1. EU leaders at summit demand more effort on disinformation
  2. Report: Corbyn to meet May on Monday for Brexit talks
  3. Petition against Brexit attracts 2.4m signatures
  4. Study: Brexit to cost EU citizens up to €40bn annually
  5. NGOs demand France halt Saudi arm sales
  6. Report: Germany against EU net-zero emissions target
  7. Former top EU official takes job at law firm
  8. Draft text of EU summit has Brexit extension until 22 May

Italy should capitalise on Brexit

Now that the UK is leaving, Italy can, and should, step up. It is the third largest country and economy in the EU. Spain and Poland follow, but they are significantly smaller economically and population-wise.

The Magnitsky Act - and its name

It is disappointing that so many MEPs in the Socialist and Green group caved in to Russian interests, in fear of challenging a plutocratic regime, by saying 'no' to naming the Magnitsky legislation by its rightful name: Magnitsky.

Stakeholders' Highlights

  1. Nordic Council of MinistersNew campaign: spot, capture and share Traces of North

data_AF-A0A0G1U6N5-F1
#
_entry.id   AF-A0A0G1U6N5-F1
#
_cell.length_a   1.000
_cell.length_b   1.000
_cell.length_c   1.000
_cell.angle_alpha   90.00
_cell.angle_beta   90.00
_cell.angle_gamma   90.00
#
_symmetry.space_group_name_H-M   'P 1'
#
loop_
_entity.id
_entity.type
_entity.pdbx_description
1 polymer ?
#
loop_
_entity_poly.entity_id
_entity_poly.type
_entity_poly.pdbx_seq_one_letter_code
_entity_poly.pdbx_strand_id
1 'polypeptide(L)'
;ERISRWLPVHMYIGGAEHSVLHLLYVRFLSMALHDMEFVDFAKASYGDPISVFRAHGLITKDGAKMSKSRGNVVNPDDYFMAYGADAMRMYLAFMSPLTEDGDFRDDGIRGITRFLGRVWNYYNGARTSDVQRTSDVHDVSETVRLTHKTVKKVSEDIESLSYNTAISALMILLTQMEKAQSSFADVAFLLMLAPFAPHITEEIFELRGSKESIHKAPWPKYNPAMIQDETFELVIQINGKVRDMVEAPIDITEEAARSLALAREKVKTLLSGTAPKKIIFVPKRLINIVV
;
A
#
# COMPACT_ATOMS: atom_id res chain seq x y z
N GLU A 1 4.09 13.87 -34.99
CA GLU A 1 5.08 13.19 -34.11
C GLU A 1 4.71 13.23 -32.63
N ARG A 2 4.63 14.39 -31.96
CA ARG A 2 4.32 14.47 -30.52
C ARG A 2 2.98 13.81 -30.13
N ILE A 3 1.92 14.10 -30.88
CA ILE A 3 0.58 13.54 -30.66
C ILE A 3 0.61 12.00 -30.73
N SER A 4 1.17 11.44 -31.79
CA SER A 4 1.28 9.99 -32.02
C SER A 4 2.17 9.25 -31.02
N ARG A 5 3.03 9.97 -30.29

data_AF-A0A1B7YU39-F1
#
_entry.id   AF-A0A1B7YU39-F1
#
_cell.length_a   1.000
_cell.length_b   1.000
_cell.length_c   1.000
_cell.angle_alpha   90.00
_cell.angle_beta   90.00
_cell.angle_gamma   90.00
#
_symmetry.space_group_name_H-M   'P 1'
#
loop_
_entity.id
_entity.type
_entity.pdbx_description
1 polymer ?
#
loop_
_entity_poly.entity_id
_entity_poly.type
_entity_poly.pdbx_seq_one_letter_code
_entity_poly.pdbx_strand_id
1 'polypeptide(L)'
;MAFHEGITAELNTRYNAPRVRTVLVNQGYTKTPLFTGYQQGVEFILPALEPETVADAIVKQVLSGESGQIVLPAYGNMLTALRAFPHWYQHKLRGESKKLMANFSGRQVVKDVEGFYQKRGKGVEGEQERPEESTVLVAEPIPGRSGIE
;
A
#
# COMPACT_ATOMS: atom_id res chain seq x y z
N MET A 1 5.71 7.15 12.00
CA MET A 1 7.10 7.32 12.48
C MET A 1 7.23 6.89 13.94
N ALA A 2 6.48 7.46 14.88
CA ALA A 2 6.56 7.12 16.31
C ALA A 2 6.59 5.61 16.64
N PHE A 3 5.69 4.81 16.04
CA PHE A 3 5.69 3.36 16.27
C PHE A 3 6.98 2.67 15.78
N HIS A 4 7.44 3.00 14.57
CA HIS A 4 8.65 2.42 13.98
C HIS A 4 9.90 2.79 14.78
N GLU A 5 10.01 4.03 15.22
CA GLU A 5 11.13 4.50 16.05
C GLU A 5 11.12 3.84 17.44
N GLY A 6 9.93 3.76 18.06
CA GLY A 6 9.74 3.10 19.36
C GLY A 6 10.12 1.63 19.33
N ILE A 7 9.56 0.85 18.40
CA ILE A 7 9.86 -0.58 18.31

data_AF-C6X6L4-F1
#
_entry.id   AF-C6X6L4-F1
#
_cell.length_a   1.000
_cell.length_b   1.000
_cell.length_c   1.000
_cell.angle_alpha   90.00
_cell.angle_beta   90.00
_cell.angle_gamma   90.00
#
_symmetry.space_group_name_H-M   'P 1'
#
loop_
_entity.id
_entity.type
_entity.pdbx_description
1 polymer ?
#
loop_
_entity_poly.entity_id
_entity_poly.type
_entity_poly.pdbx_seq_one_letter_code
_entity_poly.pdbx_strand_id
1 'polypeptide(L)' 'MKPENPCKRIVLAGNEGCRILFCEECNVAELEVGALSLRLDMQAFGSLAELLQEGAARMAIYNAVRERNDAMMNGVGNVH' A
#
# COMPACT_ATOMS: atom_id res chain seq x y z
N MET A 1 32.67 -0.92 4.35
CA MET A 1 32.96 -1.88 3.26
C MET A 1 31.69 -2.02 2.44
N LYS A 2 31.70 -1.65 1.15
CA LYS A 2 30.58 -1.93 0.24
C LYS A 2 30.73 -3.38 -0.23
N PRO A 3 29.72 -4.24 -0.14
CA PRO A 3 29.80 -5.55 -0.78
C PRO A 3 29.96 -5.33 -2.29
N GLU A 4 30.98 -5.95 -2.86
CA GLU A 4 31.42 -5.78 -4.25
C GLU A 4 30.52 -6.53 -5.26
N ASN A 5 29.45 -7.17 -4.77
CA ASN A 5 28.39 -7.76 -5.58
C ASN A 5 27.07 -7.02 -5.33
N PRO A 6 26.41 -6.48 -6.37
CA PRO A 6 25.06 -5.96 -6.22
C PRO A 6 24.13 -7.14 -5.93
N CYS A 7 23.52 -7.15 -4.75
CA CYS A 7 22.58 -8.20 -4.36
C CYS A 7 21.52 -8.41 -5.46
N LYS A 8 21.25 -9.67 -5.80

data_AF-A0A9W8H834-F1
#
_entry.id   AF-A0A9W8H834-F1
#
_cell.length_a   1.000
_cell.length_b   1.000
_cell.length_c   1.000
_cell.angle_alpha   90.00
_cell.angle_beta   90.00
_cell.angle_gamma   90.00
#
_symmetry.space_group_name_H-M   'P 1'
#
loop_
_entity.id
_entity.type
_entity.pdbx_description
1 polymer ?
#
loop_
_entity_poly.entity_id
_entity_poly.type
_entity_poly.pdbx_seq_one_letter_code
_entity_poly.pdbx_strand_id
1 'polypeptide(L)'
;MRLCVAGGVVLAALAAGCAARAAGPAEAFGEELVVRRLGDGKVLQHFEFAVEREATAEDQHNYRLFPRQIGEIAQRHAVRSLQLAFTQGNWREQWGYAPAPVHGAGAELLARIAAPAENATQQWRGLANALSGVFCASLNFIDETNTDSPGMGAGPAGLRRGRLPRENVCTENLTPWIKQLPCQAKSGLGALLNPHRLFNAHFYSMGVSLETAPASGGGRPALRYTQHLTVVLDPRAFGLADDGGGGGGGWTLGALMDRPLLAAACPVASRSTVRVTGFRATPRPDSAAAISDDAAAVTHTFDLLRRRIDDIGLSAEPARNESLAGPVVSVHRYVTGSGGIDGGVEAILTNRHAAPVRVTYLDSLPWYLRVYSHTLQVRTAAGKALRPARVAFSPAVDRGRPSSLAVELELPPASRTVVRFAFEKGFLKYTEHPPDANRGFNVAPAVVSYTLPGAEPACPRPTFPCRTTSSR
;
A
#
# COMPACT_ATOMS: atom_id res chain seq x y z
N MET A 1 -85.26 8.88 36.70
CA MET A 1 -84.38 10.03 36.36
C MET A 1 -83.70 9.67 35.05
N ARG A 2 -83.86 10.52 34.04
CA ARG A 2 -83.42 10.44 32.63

2. Nordic Council of MinistersLeading Nordic candidates go head-to-head in EU election debate
  3. Nordic Council of MinistersNew Secretary General: Nordic co-operation must benefit everybody
  4. Platform for Peace and JusticeMEP Kati Piri: “Our red line on Turkey has been crossed”
  5. UNICEF2018 deadliest year yet for children in Syria as war enters 9th year
  6. Nordic Council of MinistersNordic commitment to driving global gender equality
  7. International Partnership for Human RightsMeet your defender: Rasul Jafarov leading human rights defender from Azerbaijan
  8. UNICEFUNICEF Hosts MEPs in Jordan Ahead of Brussels Conference on the Future of Syria
  9. Nordic Council of MinistersNordic talks on parental leave at the UN
  10. International Partnership for Human RightsTrial of Chechen prisoner of conscience and human rights activist Oyub Titiev continues.
  11. Nordic Council of MinistersNordic food policy inspires India to be a sustainable superpower
  12. Nordic Council of MinistersMilestone for Nordic-Baltic e-ID

Latest News

  1. Italy takes China's new Silk Road to the heart of Europe
  2. What EU leaders agreed on climate - and what they mean
  3. Copyright and (another) new Brexit vote This WEEK
  4. EU avoids Brexit crash, sets new date for 12 April
  5. Campaigning commissioners blur the lines
  6. Slovakia puts squeeze on free press ahead of election
  7. EPP suspends Orban's Fidesz party
  8. Macron is confusing rigidity with strength

Stakeholders' Highlights